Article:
3) Kitamura T, Munakata M, Haginoya K, Tsuchiya S, Iinuma K
Beta-phenylethylamine inhibits K+ currents in neocortical neurons of the rat: a possible mechanism of beta-phenylethylamine-induced seizures.
Tohoku J Exp Med. 2008 Aug;215(4):333-40.
beta-Phenylethylamine (beta-PEA), an endogenous amine synthesized in the brain, serves as a neuromodulator and is involved in the pathophysiology of various neurological disorders such as depression, schizophrenia, and attention-deficit hyperactivity disorder. beta-PEA fully exerts the physiological effects within the nanomolar concentration range via the trace amine receptors, but beta-PEA also causes convulsions at much higher concentrations via an as yet unknown mechanism. To investigate the electrophysiological mechanism by which beta-PEA induces convulsions, we examined the effect of beta-PEA on ionic currents passing through the cell membrane of dissociated rat cerebral cortical neurons, using a patch-clamp technique. The external application of beta-PEA suppressed ionic currents which continuously flowed when the membrane potential was held at -25 mV. The suppression was in a concentration-dependent manner and a half-maximal effective concentration was 540 muM. These currents suppressed by beta-PEA consisted of two K(+) currents: a time- and voltage-dependent K(+) current (M-current) and a leakage K(+) current. The suppression of the M-current reduces the efficacy of the current in limiting excessive neuronal firing, and the suppression of the leakage K(+) current can cause membrane depolarization and thus promote neuronal excitation. Reducing both of these currents in concert may produce neuronal seizing activity, which could conceivably underlie the convulsions induced by high-dose beta-PEA. [PubMed Citation] [Order full text from Infotrieve]

4) Bortolato M, Chen K, Shih JC
Monoamine oxidase inactivation: from pathophysiology to therapeutics.
Adv Drug Deliv Rev. 2008 Oct-Nov;60(13-14):1527-33.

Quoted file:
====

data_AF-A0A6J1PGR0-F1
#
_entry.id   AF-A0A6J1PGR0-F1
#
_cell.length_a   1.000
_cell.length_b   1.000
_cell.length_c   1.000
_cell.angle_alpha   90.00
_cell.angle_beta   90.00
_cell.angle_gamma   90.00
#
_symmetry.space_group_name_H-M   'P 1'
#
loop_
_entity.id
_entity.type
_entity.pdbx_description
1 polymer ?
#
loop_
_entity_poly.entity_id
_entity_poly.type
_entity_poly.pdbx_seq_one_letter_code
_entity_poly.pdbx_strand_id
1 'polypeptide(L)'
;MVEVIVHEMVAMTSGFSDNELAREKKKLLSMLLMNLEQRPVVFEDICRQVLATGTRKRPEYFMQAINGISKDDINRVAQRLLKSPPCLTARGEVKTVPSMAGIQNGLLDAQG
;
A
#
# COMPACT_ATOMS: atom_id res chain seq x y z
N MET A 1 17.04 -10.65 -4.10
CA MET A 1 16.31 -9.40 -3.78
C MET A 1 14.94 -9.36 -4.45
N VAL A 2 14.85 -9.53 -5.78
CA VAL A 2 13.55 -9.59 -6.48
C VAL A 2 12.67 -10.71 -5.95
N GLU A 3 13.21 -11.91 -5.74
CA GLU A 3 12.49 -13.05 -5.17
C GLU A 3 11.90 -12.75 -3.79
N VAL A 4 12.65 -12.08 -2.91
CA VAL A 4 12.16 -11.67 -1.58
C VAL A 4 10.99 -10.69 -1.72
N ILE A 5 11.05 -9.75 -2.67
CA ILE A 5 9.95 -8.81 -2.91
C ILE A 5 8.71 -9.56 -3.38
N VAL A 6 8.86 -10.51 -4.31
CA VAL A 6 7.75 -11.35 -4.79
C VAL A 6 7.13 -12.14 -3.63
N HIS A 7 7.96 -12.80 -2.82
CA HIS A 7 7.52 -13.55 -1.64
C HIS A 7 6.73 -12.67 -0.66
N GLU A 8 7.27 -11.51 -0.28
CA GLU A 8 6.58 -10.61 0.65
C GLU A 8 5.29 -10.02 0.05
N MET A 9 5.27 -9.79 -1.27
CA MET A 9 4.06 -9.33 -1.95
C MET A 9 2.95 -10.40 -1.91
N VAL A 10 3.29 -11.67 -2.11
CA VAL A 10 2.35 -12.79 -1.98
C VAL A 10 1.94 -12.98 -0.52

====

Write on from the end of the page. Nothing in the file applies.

Monoamine oxidases (MAOs) A and B are mitochondrial bound isoenzymes which catalyze the oxidative deamination of dietary amines and monoamine neurotransmitters, such as serotonin, norepinephrine, dopamine, beta-phenylethylamine and other trace amines. The rapid degradation of these molecules ensures the proper functioning of synaptic neurotransmission and is critically important for the regulation of emotional behaviors and other brain functions. The byproducts of MAO-mediated reactions include several chemical species with neurotoxic potential, such as hydrogen peroxide, ammonia and aldehydes. As a consequence, it is widely speculated that prolonged excessive activity of these enzymes may be conducive to mitochondrial damages and neurodegenerative disturbances. In keeping with these premises, the development of MAO inhibitors has led to important breakthroughs in the therapy of several neuropsychiatric disorders, ranging from mood disorders to Parkinson's disease. Furthermore, the characterization of MAO knockout (KO) mice has revealed that the inactivation of this enzyme produces a number of functional and behavioral alterations, some of which may be harnessed for therapeutic aims. In this article, we discuss the intriguing hypothesis that the attenuation of the oxidative stress induced by the inactivation of either MAO isoform may contribute to both antidepressant and antiparkinsonian actions of MAO inhibitors. This possibility further highlights MAO inactivation as a rich source of novel avenues in the treatment of mental disorders. [PubMed Citation] [Order full text from Infotrieve]